Paul Craig Roberts, assistant secretary of the Treasury for economic policy and a leading "supply sider" in the Reagan administration, yesterday blamed Congress for creating the current recession.
"Congress, panicked by the press, delayed the tax cut and produced a recession," Roberts said in an interview.
If the House and Senate "go out and raise taxes now, there's not going to be any recovery" from the recession, he said.
Roberts was referring to the fact that the original Reagan administration plan for cutting taxes has been modified twice since the administration took office. First the White House agreed to postpone a sought-for 10 percent across-the-board tax decrease from Jan. 1 to July 1 of this year, and later to reduce it to 5 percent effective Oct. 1. Though all these changes were volunteered by the White House, Roberts blamed Congress for them.
As for additional tax increases in the future to close anticipated budget deficits, Roberts said "right now probably every economist in the country is on our side" in opposing tax increases for fiscal 1982 or 1983. "I don't know an economist who wants to raise taxes," he added.
Sen. Pete Domenici (R-N.M.), chairman of the Senate Budget Committee, has proposed new budget plans, including an $84 billion tax increase over the next three fiscal years. President Reagan's latest address to the nation on the budget, in September, called for $3.1 billion in tax increases in fiscal 1982. Roberts dismissed these presidential proposals as marginal changes in the tax code to deal with special situations.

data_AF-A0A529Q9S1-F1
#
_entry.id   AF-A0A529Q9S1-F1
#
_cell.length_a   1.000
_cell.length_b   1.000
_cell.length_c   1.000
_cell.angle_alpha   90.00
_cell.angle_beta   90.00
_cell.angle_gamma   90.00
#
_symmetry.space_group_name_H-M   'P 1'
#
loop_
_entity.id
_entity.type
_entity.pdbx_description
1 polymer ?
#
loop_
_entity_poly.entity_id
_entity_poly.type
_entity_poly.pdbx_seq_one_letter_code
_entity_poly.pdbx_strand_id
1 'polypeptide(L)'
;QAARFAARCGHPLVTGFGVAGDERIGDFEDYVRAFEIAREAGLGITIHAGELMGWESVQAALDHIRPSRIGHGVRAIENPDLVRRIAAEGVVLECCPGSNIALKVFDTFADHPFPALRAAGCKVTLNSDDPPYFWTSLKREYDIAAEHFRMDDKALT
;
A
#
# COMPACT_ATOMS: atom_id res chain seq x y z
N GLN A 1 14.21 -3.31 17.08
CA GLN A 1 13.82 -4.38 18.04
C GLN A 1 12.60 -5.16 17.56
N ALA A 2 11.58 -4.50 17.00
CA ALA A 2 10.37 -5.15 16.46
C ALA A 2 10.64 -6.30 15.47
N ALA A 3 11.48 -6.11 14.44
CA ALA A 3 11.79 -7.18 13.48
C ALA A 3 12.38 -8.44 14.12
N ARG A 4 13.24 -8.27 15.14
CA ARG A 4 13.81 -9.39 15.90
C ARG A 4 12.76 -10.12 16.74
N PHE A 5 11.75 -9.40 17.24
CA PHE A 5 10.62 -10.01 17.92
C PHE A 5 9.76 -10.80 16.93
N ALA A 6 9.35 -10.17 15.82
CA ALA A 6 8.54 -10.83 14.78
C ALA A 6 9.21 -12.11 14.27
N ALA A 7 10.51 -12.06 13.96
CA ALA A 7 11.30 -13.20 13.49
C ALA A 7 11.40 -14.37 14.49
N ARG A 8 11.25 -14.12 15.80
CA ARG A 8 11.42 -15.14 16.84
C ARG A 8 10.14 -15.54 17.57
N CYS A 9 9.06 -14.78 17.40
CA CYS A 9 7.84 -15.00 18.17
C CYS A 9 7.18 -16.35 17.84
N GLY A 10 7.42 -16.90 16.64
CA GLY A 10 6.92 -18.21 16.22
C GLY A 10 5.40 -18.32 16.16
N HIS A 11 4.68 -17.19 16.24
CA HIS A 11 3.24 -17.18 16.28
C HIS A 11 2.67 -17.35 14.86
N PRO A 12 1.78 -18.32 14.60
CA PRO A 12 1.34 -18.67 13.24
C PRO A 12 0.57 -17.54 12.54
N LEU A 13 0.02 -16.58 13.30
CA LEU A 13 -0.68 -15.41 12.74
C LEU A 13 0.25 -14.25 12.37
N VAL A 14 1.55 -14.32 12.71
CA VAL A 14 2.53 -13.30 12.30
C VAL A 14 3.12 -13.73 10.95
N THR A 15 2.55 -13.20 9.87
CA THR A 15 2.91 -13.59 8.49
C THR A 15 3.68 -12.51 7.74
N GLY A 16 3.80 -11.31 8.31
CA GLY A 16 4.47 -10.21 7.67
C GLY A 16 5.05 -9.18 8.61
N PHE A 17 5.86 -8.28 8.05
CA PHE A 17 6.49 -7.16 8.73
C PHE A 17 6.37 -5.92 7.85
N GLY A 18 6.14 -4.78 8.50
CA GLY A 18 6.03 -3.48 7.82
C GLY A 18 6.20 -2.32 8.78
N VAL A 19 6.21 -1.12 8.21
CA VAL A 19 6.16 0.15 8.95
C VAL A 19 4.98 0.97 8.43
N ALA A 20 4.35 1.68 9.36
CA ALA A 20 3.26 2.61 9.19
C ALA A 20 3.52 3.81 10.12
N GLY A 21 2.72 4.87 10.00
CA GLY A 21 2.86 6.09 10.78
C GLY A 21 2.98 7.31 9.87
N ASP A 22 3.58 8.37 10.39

David Stockman, director of the Office of Management and Budget, whom supply-sider Roberts describes as "a traditionalist," has suggested tax increases over the next three years of about $50 billion.
Roberts said the White House effort to make further budget cuts launched in September was a "tactic" intended to exploit congressional concerns with high interest rates, which members discovered were upsetting voters during the August recess. Roberts said the OMB devised the tactic as a way to address these congressional concerns and also make further cuts in spending.
"It was a good tactic," Roberts said. "It didn't work because Congress wasn't about to control spending, regardless of anything."
And the tactic had a bad consequence because it contributed to the idea that reducing the federal deficit would reduce inflation, he added. This is wrong, and it was a mistake to encourage a wrong impression, Roberts said.